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Critical Care

Open Access

Regional variation in anti-endotoxin core antibody levels in healthy and preoperative surgical populations

  • M Rashid1,
  • R Stephens1,
  • M Siva1,
  • M Grocott1,
  • E Burdett1,
  • D Turner2 and
  • M Mythen1
Critical Care20037(Suppl 2):P199

Published: 3 March 2003


Healthy DonorCardiac PatientMedian SerumHealthy Blood DonorMedian Unit


Endotoxin has a central role in sepsis and organ dysfunction after surgery. Levels of one of our natural defences against endotoxin, antibodies to endotoxin core (EndoCAb), are independent predictors of postoperative outcome [1]. There is a heterogeneity in EndoCAb levels between European and North American healthy donor populations that remains unexplained [2].


Blood samples from healthy blood donors were collected in London, UK and compared with levels of baseline EndoCAb in previous studies. An ELISA assay of serum EndoCAb IgG (n = 165) and IgM (n = 65*) levels was performed and expressed as median units per ml (MU/ml) [3].


The median serum EndoCAb IgG and IgM levels in this population were 189.7 (41.8–1023) MU/ml and 222.5 (42.3–913.9) MU/ml, respectively (Fig. 1).

Figure 1


EndoCAb levels are higher in London healthy donors than in the Scottish population. US cardiac patients show higher IgG levels than UK cardiac patients and Scottish healthy donors, but are similar to London healthy donors. US surgery patients show higher IgM levels than all groups but are similar to London healthy donors. Differences may be due to prior exposure to endotoxin, different disease process, differences in sampling and patient management, or genetic variation between countries. We are collecting further healthy donor samples to assess a larger cohort of EndoCAb levels in London.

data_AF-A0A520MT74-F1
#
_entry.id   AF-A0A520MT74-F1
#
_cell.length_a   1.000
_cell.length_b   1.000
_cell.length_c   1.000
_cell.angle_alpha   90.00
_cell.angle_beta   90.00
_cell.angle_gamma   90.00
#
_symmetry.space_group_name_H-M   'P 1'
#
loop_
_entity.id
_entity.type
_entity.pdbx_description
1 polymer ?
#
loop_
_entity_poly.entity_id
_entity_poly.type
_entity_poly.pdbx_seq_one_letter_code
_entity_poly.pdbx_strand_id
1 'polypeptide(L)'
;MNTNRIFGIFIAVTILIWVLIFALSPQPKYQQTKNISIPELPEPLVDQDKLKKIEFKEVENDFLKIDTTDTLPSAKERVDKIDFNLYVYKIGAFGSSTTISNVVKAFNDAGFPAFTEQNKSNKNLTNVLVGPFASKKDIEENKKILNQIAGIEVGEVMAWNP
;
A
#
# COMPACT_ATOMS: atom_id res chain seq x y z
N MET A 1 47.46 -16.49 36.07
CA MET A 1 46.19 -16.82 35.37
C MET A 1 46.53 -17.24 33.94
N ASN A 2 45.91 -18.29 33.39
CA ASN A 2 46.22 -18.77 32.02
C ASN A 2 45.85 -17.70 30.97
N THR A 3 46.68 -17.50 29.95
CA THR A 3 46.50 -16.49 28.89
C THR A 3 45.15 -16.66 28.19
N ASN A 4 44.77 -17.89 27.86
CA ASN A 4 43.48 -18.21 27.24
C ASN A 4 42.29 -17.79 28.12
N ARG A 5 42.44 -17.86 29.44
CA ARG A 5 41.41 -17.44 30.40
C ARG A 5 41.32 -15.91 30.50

Authors’ Affiliations

UCL Centre for Anaesthesia, Middlesex Hospital, London, UK
National Blood Transfusion Service, Colindale, London, UK


  1. Bennett-Guerrero E, Panah MH, Barclay GR, Bodian CA, Winfree WJ, Andres LA, Reich DL, Mythen MG: Decreased endotoxin immunity is associated with greater mortality and/or prolonged hospitalization after surgery. Anesthesiology 2001, 94: 992-998. 10.1097/00000542-200106000-00012View ArticlePubMedGoogle Scholar
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  3. Barclay GR, Scott BB: Serological relationship between Escherichia coli and Salmonella smooth- and rough-mutant lipopolysaccharides as revealed by enzyme-linked immunosorbent assay for human immunoglobulin G antien-dotoxin antibodies. Infect Immun 1987, 55: 2706-2714.PubMed CentralPubMedGoogle Scholar


© BioMed Central Ltd 2003